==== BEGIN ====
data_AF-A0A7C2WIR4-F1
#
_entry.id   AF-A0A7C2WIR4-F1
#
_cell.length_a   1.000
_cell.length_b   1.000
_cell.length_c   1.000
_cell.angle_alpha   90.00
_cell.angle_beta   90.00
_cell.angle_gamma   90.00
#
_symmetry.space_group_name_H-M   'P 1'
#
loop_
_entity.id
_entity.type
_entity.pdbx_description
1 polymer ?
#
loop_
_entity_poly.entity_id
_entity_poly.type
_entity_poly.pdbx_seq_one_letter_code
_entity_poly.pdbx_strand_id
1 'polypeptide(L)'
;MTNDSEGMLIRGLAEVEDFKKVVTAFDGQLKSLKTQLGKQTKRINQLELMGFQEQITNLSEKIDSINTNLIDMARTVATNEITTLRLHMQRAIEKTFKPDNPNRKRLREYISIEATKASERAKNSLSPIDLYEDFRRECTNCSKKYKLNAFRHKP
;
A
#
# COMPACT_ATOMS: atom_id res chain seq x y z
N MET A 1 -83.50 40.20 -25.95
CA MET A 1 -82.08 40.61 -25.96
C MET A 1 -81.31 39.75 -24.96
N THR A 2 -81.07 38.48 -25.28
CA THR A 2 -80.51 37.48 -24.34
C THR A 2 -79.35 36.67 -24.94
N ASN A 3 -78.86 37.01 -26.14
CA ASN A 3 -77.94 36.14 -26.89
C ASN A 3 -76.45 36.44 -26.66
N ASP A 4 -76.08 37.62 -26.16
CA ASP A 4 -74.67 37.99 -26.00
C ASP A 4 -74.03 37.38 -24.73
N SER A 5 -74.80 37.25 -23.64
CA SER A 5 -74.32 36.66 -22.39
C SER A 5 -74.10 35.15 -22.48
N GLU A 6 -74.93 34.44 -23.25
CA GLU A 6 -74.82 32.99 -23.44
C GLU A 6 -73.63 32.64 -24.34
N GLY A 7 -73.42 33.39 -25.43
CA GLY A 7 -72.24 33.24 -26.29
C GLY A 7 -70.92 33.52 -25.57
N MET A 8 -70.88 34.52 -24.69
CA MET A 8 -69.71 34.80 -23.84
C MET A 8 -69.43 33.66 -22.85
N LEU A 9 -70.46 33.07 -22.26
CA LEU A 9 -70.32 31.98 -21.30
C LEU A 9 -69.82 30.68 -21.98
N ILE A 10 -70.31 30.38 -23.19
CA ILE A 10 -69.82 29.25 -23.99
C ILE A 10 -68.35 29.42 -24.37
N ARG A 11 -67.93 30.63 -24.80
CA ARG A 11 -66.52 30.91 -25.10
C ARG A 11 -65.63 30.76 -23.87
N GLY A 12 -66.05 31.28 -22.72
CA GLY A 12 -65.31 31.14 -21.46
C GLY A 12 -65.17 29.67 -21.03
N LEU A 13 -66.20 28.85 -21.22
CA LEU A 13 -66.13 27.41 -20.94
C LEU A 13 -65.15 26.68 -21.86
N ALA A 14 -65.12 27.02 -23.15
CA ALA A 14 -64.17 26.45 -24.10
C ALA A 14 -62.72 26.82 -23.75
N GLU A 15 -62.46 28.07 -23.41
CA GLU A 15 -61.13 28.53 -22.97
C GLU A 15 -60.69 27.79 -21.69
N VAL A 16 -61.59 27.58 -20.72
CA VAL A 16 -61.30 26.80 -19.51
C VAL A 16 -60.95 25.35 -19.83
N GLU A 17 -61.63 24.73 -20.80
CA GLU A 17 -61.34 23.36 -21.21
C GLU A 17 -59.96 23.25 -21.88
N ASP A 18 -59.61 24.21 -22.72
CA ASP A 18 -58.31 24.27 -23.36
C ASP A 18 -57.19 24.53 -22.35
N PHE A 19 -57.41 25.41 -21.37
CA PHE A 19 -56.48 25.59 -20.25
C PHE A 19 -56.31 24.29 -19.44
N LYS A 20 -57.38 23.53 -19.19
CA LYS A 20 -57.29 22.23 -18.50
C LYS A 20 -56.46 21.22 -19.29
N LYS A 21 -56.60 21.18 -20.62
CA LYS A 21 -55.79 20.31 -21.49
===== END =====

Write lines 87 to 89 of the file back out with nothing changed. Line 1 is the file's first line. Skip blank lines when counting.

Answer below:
C PHE A 19 -56.31 24.29 -19.44
N LYS A 20 -57.38 23.53 -19.19
CA LYS A 20 -57.29 22.23 -18.50